They were also “watching for negative knock-on effects from the rest of the world as weaker U.S. growth will postpone any tightening while stronger growth is very likely to bring it forward,” Melek said.

As for supply/demand factors, gold has moved lower “even as the official sector is set to increase its holdings by some 400 tons this year,” the supply from primary and secondary sources has declined and total demand remains respectable,” he said.

Gold’s slippage seems driven more by the investment side, where speculative accounts and ETFs have been active sellers.

“In our view, the heavily-levered speculative funds and physical investors are the primary drivers of the gold market; they better explain what is currently happening and what is likely to occur next year, rather than the physical trade market,” Melek said.

ETF gold holdings were down 31.5 million oz from the peak of 87.6 million oz seen in December 2012 and down 3.7 million oz in 2014, he noted.

As further evidence of reduced volumes, the CME, in its monthly volume report, noted that year-to-date volume in COMEX gold futures stood at 32.5 million contracts at the end of October 2014, down 20.5% from the 40.9 million contracts seen in October 2013.

The World Gold Council reports volumes for the very popular SPDR Gold Shares Exchange Traded Fund.

In February 2012, ETF volumes stood at 43.9 million shares and in June 2013 stood at 32.9 million shares.

In June 2014, SPDR Gold Shares ETF volumes stood at 18.1 million and and in October 2014, at 16.8 million.

“Gold is likely to face tough competition from other assets, with a strong dollar likely its biggest obstacle,” said UBS strategist Edel Tully and analyst Joni Teves in a research note.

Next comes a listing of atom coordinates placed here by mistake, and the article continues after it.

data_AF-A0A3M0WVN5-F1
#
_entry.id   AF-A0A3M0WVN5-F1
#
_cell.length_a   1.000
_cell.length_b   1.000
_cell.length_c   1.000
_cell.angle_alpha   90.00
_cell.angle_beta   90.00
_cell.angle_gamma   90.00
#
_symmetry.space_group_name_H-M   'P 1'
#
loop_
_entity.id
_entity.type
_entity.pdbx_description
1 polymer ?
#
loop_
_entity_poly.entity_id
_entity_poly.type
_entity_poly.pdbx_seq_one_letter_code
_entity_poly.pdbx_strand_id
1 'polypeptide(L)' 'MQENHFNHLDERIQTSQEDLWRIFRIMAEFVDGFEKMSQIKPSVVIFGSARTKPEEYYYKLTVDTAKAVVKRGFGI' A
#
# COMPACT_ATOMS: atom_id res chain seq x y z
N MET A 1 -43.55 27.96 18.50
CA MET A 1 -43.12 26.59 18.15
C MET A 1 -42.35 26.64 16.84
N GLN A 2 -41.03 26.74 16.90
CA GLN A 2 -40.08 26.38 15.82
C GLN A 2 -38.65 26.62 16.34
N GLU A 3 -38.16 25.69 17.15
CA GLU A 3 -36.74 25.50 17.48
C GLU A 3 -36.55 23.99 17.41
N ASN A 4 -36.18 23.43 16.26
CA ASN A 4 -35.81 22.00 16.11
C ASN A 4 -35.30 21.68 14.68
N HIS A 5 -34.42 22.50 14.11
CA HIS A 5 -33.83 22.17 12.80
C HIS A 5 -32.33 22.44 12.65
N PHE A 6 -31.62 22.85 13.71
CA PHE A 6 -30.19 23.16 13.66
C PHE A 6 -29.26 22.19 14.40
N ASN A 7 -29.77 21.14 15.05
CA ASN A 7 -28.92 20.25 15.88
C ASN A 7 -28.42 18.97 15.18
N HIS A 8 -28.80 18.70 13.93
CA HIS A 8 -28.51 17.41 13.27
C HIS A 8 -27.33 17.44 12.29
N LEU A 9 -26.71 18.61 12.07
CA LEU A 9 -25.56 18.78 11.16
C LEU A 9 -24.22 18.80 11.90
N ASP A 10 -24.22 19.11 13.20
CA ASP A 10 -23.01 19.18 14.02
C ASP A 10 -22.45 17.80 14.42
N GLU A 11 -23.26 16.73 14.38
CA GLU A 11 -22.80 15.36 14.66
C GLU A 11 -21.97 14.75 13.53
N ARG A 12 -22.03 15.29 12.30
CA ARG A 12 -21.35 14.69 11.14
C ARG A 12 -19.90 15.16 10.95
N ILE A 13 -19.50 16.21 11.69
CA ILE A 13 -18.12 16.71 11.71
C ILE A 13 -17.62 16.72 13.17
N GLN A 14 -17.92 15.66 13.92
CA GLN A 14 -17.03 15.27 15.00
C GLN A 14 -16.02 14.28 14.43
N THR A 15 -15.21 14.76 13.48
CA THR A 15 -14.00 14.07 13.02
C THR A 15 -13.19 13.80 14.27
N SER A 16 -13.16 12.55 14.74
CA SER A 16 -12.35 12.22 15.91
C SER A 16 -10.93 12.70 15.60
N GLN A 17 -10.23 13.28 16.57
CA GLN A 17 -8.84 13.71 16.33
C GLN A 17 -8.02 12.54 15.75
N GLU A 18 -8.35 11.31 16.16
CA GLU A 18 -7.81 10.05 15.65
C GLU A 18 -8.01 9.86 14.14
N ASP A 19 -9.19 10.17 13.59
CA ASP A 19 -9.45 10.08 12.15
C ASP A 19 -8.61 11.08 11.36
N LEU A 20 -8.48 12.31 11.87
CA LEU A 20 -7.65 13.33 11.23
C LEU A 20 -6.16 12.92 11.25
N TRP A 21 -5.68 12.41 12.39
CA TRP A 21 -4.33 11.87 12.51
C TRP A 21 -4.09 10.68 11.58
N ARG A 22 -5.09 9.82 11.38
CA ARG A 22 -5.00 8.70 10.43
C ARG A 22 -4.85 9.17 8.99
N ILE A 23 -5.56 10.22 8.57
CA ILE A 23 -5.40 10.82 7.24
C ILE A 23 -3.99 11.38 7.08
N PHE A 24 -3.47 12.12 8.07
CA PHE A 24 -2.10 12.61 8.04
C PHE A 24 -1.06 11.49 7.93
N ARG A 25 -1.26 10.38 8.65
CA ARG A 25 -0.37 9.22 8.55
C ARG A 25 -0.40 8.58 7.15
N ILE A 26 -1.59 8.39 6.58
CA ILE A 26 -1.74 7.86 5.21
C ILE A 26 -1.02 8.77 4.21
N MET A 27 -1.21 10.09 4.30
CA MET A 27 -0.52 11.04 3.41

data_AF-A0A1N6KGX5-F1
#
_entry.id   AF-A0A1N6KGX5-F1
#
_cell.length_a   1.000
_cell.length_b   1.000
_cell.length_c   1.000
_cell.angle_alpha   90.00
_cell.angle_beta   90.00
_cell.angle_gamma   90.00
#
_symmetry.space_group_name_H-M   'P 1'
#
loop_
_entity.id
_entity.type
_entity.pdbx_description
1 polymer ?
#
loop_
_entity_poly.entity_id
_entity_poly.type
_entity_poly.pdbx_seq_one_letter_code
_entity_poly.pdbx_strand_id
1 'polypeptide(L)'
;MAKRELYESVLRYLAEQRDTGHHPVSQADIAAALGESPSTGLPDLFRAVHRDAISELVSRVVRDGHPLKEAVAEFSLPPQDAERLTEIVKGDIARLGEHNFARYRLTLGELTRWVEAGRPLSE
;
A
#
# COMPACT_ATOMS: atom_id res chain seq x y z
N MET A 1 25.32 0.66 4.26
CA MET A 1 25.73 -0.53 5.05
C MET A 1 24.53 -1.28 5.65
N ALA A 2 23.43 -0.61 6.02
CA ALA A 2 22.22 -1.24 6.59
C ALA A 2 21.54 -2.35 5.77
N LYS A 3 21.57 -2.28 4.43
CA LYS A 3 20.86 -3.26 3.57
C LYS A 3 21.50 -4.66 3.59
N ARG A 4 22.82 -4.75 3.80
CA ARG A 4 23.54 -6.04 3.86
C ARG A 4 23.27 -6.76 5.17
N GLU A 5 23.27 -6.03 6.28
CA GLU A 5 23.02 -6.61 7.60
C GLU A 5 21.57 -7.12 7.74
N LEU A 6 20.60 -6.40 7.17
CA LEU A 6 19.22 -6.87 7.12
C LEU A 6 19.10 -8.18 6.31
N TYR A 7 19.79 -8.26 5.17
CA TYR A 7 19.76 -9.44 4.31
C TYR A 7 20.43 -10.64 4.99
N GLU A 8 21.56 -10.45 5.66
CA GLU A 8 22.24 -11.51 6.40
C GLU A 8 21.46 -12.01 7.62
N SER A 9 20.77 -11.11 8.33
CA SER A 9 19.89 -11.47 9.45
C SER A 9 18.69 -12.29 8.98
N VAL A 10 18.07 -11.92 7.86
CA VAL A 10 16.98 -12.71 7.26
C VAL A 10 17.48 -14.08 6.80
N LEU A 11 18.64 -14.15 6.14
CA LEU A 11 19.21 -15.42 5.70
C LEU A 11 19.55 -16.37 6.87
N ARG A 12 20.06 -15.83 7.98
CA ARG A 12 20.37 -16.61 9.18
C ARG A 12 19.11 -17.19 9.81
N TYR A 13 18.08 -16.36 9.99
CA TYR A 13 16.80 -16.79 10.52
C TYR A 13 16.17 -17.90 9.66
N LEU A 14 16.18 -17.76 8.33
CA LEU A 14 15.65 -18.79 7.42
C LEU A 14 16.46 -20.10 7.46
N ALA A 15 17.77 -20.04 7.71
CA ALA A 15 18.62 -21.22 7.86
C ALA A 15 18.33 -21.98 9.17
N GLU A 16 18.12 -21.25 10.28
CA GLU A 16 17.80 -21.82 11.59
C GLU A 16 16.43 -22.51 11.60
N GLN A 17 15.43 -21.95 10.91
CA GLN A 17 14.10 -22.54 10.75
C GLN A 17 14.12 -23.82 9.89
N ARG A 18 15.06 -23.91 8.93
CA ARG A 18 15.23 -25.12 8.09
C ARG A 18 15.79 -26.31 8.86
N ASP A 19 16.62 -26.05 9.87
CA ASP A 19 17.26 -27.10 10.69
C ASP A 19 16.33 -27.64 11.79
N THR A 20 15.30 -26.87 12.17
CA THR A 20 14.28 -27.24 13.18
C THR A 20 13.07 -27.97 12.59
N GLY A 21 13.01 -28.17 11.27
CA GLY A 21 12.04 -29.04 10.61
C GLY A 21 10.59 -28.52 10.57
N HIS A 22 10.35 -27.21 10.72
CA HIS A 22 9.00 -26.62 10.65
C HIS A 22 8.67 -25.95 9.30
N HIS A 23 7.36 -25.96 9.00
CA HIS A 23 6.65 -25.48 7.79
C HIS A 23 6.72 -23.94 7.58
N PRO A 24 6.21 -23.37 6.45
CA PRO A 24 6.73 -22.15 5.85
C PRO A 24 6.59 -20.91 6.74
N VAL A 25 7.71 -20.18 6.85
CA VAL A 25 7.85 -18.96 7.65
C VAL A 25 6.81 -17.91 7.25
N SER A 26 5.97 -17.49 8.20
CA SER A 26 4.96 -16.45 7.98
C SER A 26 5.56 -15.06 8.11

There were downside and upside risks to gold going forward.

Gold could be weighed by the Fed accelerating the normalization process, by weak Chinese growth, and by a “U.S. capex-led boom,” Tully and Teves said.

On the latter, “faster U.S. economic growth would offer considerable headwinds for gold, especially given that part of the drivers would likely be high profitability and faster business investment; In this scenario, gold faces much stiffer competition from equities,” they said.

“Higher levels of confidence” in the U.S. economy “would further erode gold’s appeal as a safe-haven” and “would also be accompanied by a much stronger dollar, which would act as a difficult obstacle for gold,” they said.

Gold could rebound in response to an “adverse global reaction to Fed normalization,” to “shocks in confidence,” and “European deflation,” Tully and Teves said.

On the U.S. Treasury yield front, “a 50 basis point increase in U.S. 10-year yields, for example, is expected to result in a 20 basis point decline in U.S. GDP and a 30 basis point decline in global GDP,” they noted.

“An increase in investor concern over the slowdown in economic growth could revive interest in gold,” UBS said.

A shattering of global investor confidence could come from several areas, from a “1) re-escalating of geopolitical tensions, 2) a more widespread pandemic, 3) financial fragility,” UBS said.

“We believe heightened uncertainty and concern over tail risks would resuscitate gold’s safe haven appeal,” Tully and Teves said.

Copyright © 2014 MNI

For lots  more FX trades from major banks, sign up to eFXplus

By signing up to eFXplus via the link above, you are directly supporting  Forex Crunch.